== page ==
While up I just might open up the refrigerator and stand there as long as I like perusing the leftovers contained therein. I could choose out of a myriad of the selection before me to select any number of goodies to microwave. (Note to self-remind me to google “myriad” in the online dictionary and compare it to my 1890s Webster’s)

If I want I might load a sink full of dishes in the dishwasher. I didn’t say I would, I just said I might. On second thought who needs to do dishes with a stack of paper goods on every shelf that will fill any need. Silverware, cups, plates, bowls…it doesn’t matter I’ve got it all.

What about if I wanted to go soak in the tub. My words would still be waiting and with just a gentle touch instantly I could bring them back to life and “home“ or “end“, “page up” or “page down”, delete, or insert, or backspace wherever I pointed the arrows..

Or I might just throw on some clothes, run into town and pick up a burger or pizza or chicken or any other kind of take out anywhere at any time. The grocery store is open twenty four hours a day for whatever my sweet tooth desires. All it takes is my keys, my car, a little gas in the tank and with my garage door opener I am good to go. Wait a minute, who says I need to change clothes. “jammies” are an acceptable choice of apparel now a days.

Yep, there is no other word for it and I give no excuses. I am a slacker through and through and I can only hang my head in shame.

I was slapped in the face with this fact while doing research on Panhandle Professional Writers and their history of dedication to the Panhandle Press Association. Their annual convention was being held in Canyon for the first time in their 102nd history on the campus of WTAMU and also at the Panhandle Plains Historical Museum. I had come across a reference from the book, “Lone Star Chapters: The Story of Texas Literary Clubs” by Betty Holland Wissepope. In it she writes of the history of PPW and the bylaws for continued membership in the group.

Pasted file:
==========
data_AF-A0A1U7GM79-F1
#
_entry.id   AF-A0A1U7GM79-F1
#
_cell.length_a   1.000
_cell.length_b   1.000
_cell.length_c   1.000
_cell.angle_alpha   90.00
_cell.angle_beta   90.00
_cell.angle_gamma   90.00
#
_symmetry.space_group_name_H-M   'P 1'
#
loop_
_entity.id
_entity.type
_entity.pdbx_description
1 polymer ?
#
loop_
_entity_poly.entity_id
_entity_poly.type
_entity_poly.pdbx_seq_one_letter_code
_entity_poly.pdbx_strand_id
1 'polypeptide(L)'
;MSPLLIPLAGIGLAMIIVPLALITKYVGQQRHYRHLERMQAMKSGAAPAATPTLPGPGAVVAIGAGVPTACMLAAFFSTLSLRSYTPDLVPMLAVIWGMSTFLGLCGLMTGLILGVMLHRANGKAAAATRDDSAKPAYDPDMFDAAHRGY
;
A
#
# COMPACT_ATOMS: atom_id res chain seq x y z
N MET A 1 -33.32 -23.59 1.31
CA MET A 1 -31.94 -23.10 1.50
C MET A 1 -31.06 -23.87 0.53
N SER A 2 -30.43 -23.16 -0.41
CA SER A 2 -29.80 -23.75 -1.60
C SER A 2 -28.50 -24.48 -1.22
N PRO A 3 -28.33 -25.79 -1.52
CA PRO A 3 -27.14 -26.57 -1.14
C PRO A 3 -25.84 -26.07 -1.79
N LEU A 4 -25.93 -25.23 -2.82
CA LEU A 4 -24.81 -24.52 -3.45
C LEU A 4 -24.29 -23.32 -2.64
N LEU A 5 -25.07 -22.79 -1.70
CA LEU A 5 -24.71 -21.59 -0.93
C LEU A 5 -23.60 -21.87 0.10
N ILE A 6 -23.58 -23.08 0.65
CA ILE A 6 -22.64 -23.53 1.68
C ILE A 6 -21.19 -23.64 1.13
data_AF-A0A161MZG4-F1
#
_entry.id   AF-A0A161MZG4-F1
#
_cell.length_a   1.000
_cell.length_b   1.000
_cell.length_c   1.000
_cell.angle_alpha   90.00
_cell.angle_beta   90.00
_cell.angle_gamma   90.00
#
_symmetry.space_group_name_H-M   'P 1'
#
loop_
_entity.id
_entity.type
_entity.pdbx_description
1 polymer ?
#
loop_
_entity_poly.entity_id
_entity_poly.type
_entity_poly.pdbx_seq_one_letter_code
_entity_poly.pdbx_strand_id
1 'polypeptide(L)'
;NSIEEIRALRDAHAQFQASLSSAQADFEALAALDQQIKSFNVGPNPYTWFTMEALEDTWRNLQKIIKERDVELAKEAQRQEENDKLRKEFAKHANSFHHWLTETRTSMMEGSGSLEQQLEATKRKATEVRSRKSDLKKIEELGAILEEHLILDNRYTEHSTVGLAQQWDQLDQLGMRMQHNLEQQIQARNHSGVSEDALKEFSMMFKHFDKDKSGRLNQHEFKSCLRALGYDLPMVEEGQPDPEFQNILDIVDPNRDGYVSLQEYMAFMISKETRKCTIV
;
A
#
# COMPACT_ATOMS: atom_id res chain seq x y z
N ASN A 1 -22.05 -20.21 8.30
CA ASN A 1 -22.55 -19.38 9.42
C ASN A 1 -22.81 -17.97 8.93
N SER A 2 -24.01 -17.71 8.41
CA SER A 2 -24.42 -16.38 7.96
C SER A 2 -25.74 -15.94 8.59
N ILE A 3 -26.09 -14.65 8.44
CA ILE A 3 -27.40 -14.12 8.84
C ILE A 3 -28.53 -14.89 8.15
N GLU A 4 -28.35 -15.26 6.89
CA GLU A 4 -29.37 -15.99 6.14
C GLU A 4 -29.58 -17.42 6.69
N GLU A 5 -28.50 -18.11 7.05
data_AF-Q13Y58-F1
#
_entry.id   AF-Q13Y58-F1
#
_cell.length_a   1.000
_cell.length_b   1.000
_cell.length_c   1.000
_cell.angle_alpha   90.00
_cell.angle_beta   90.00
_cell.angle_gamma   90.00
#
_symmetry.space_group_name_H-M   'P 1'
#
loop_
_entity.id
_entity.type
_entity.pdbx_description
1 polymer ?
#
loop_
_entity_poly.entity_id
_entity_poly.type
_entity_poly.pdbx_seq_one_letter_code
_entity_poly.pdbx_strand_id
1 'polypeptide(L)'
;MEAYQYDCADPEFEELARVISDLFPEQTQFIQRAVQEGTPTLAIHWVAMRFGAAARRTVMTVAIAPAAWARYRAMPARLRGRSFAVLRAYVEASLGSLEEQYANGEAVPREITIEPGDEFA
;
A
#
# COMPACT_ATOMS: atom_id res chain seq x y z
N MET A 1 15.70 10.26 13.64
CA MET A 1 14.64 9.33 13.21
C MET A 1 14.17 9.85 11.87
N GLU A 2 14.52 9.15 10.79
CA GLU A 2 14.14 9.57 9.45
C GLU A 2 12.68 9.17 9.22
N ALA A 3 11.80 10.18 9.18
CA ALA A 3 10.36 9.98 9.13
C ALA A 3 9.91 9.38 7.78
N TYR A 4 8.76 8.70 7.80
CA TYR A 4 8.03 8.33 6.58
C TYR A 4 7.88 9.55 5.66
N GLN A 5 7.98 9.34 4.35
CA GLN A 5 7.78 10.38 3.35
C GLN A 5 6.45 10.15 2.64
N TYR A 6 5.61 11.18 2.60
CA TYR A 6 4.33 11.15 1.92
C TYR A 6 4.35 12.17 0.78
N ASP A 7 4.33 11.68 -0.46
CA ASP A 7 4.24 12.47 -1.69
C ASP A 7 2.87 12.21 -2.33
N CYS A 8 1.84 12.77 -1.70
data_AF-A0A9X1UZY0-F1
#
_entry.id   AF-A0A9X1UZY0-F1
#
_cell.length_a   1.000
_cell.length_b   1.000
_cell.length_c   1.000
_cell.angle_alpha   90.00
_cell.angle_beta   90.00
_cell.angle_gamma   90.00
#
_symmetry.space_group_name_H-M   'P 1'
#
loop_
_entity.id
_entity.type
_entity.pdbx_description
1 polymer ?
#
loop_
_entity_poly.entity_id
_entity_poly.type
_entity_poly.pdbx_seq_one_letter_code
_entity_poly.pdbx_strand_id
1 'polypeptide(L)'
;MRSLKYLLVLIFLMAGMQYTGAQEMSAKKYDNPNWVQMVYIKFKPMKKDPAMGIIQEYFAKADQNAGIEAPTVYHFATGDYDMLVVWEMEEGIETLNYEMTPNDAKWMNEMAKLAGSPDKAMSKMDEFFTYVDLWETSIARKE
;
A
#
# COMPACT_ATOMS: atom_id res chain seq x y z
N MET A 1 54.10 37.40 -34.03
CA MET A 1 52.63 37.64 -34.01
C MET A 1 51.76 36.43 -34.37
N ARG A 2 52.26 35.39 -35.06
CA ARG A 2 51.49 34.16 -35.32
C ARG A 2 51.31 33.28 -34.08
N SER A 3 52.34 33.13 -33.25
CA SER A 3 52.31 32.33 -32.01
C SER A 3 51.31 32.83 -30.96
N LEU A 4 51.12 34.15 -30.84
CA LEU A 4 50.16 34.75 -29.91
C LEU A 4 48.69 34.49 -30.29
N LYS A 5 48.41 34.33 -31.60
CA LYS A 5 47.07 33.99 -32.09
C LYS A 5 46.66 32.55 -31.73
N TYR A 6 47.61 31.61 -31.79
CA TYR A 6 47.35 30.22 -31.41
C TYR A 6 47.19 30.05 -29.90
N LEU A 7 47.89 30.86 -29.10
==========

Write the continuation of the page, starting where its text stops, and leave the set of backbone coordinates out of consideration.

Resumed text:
To be an active member you must have sold a book, two articles, a poem, a short story, a scenario, or a play that had been produced by a theatrical company. In addition to presenting proof of publication active members had to demonstrate they were writing 30,000 words a year. Associate members had to write only 15,000. Complimentary memberships were for beginning writers but expired at the end of the year.

I know thirty thousand words a year doesn’t sound like a lot, especially in this day and time with spell checker, Ipads, Facebook, cell phones and the like and the opportunity to blog like on my Wordsmith Six blog site. But lets face it, in the 1920’s when PPW was formed by Phebe Warner and Laura V. Hamner the entire population of women didn’t work outside the home and some still lived in dugouts. Electricity was a luxury and not even in every household and was shut down at night. Refrigerators could not be stocked with a days worth of groceries and microwaves had not even been invented yet. Laundry washing was done by the hand of the washee, and clothes hung on the clothesline outside to dry. Which meant that after they were dry they had to be gathered in to be folded, and/or starched, and/or ironed, and/or hung, and/or put away, stacked on shelves, hung in closets, or heaven forbid, placed on towel rods in the bathroom. Likewise to the dishes in the cubboard, (oops, spell checker alerted me to a mispelled word I need to change.) cupboard. It automatically change my misspell.